It’s important for young people to mark the achievement of getting through their GCSEs as they receive their results today, says a BACP member and school counsellor.
And that goes as much for teenagers who may not be happy with their results or have no idea what their next step in the world of study or work is, as it does for young people who achieved top grades and have their future and career all mapped out.
Donna Philpott, a school-based counsellor at primaries and secondaries in the Swansea area, says the accomplishment of getting through those years of pressure and hard work at school is often forgotten, when everyone is preoccupied with results.
This is the first year of new-style GCSE grades with the exams having been recently overhauled to make them tougher. It has led to claims that GCSEs have become too hard and have left some students demoralised and had an impact on their wellbeing.
So much pressure
Donna said: “There’s so much pressure on young people. Schools are building up to GCSEs for years. The most important point is to make time to celebrate that they have got through GCSES, whether they had good grades or not what they expected.
“We need to recognise that making it through GCSEs is an accomplishment.
“At this stage they are still children, they are still growing up. They are facing a lot of pressure at school while they are changing biologically and neurologically and they are also learning to deal with issues like friendships, relationships and social media.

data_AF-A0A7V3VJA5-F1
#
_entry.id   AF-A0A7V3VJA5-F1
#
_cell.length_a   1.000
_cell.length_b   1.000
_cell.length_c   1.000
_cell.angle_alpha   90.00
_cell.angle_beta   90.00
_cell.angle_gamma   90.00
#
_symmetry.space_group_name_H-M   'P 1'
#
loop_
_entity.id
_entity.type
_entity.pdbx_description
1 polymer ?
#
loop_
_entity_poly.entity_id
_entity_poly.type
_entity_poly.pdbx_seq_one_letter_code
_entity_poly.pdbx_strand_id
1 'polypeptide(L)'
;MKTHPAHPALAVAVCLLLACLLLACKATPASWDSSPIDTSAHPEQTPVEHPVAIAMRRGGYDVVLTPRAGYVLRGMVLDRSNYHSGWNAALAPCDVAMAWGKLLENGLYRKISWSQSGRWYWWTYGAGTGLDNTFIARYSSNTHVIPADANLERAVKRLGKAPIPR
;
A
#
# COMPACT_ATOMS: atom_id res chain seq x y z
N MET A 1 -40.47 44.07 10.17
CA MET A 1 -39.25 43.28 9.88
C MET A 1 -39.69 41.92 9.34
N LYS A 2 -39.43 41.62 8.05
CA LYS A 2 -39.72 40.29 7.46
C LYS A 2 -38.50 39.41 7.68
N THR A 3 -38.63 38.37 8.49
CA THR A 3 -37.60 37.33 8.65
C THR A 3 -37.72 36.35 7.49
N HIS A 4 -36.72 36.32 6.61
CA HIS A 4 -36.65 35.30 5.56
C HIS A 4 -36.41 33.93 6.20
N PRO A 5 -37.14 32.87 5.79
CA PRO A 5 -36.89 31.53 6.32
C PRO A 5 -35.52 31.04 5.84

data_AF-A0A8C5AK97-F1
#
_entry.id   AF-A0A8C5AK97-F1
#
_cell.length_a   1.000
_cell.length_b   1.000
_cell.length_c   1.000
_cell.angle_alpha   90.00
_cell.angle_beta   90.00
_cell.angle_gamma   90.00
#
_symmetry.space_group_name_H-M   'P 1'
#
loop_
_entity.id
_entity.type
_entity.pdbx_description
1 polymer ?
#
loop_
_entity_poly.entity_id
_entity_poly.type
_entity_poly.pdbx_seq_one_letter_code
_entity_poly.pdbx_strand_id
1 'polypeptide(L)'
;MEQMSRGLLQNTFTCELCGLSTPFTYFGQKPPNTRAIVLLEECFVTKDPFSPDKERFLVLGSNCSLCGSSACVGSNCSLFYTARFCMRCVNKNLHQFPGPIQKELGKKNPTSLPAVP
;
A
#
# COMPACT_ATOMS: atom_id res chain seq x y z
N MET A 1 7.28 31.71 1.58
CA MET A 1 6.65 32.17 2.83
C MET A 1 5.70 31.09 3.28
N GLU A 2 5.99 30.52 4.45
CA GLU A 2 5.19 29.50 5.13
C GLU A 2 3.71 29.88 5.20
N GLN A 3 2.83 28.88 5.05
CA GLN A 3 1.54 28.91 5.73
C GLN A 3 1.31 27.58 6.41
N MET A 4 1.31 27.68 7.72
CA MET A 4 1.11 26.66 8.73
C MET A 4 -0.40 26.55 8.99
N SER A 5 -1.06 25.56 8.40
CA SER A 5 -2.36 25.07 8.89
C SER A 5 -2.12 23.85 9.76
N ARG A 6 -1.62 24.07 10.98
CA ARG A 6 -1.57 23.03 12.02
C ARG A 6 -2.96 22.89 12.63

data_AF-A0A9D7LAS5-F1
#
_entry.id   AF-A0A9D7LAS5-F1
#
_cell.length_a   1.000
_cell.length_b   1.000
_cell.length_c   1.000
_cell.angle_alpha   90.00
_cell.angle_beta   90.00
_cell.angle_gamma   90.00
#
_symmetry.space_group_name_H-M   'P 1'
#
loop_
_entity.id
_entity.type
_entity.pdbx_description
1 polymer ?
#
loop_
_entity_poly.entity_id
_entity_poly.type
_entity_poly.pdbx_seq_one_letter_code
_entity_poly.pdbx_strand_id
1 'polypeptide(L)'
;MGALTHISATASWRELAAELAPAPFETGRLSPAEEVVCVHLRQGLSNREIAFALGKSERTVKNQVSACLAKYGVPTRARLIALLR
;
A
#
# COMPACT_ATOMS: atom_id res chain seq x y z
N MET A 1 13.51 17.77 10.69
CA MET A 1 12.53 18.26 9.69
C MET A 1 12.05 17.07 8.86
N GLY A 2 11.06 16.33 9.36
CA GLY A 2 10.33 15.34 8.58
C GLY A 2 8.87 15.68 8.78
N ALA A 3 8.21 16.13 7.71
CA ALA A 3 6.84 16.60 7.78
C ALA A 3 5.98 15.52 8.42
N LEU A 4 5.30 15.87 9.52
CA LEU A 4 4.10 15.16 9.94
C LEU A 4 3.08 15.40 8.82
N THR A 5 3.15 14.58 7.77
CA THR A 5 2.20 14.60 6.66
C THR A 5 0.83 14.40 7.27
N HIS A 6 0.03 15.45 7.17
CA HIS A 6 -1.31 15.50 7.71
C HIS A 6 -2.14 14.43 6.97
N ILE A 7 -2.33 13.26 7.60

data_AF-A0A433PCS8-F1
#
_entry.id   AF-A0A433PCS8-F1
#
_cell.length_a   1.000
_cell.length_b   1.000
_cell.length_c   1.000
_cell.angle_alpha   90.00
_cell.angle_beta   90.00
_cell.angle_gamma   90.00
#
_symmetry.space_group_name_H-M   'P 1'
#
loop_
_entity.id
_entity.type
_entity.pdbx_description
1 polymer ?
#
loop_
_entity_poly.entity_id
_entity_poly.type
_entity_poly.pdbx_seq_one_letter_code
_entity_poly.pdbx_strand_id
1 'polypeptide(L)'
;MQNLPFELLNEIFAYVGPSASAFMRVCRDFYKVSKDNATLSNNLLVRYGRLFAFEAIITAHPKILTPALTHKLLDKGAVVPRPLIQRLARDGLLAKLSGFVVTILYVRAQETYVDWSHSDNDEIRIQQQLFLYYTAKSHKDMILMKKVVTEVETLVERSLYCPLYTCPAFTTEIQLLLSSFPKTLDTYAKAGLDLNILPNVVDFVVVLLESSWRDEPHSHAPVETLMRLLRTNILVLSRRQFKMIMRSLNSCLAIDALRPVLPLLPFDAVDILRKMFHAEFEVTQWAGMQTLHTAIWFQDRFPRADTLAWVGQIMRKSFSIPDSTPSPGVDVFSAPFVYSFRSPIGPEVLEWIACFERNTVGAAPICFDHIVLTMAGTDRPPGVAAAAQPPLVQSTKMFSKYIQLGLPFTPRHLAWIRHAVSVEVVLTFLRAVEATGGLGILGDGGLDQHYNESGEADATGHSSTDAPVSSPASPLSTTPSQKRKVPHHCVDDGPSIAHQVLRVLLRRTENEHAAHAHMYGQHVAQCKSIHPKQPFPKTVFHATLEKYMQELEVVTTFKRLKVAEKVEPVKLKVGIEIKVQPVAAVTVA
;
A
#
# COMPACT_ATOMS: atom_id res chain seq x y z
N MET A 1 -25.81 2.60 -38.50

“There needs to be that bit of time devoted to celebrating the accomplishment of making it through all that pressure and coming out the other side of it.”
Donna added: “Some young people are racing forward so fast. They know they enjoy, what they want to do and what career they want. They are not stopping to think about the whole achievement of their GCSEs and to mark that.
“But other young people do not know what they want to do. For them, the reaction after their results is often ‘What do I do now?’
“A lot of young people find it overwhelming. After they get their results, they feel a bit lost. There’s been so much pressure on them to do well in these exams from year 8 or year, that they’ve not really looked further than that.”
She said it was important to recognise GCSEs as a wider learning experience that is more than just building academic knowledge.
“It’s good to think about ‘what works for me’, whether that’s how they revise, prepared for exams, coped with the pressure. These are lessons they will be taken on to A-levels and to college and employment and for preparing for life in general.”
She says it can be hard for young people to face the next step in their lives after their GCSE results.
“They’ve been in this school bubble for such a long time. Everything has been about these results – they don’t see the big picture. Suddenly all these things come up, all these existential issues about where do they fit in the world, that they now think of themselves as an adult.
“It is a big shift. Whether their GCSE experience has been good or bad, they have been in this micro-community of school, with set relationships, friends, where they know all their teachers. That’s all about to change. It’s quite a big ending for young people.
“For those who are moving on to college; there will be support available to help them in the next stage of their life. There will be counsellors who can offer that support.”
And she had one final piece of advice as young people receive their results.
“The key is to focus on the positives – the hopes for the future,” she said.
To speak to a BACP counsellor or psychotherapist about children and young people, visit our Therapist directory.
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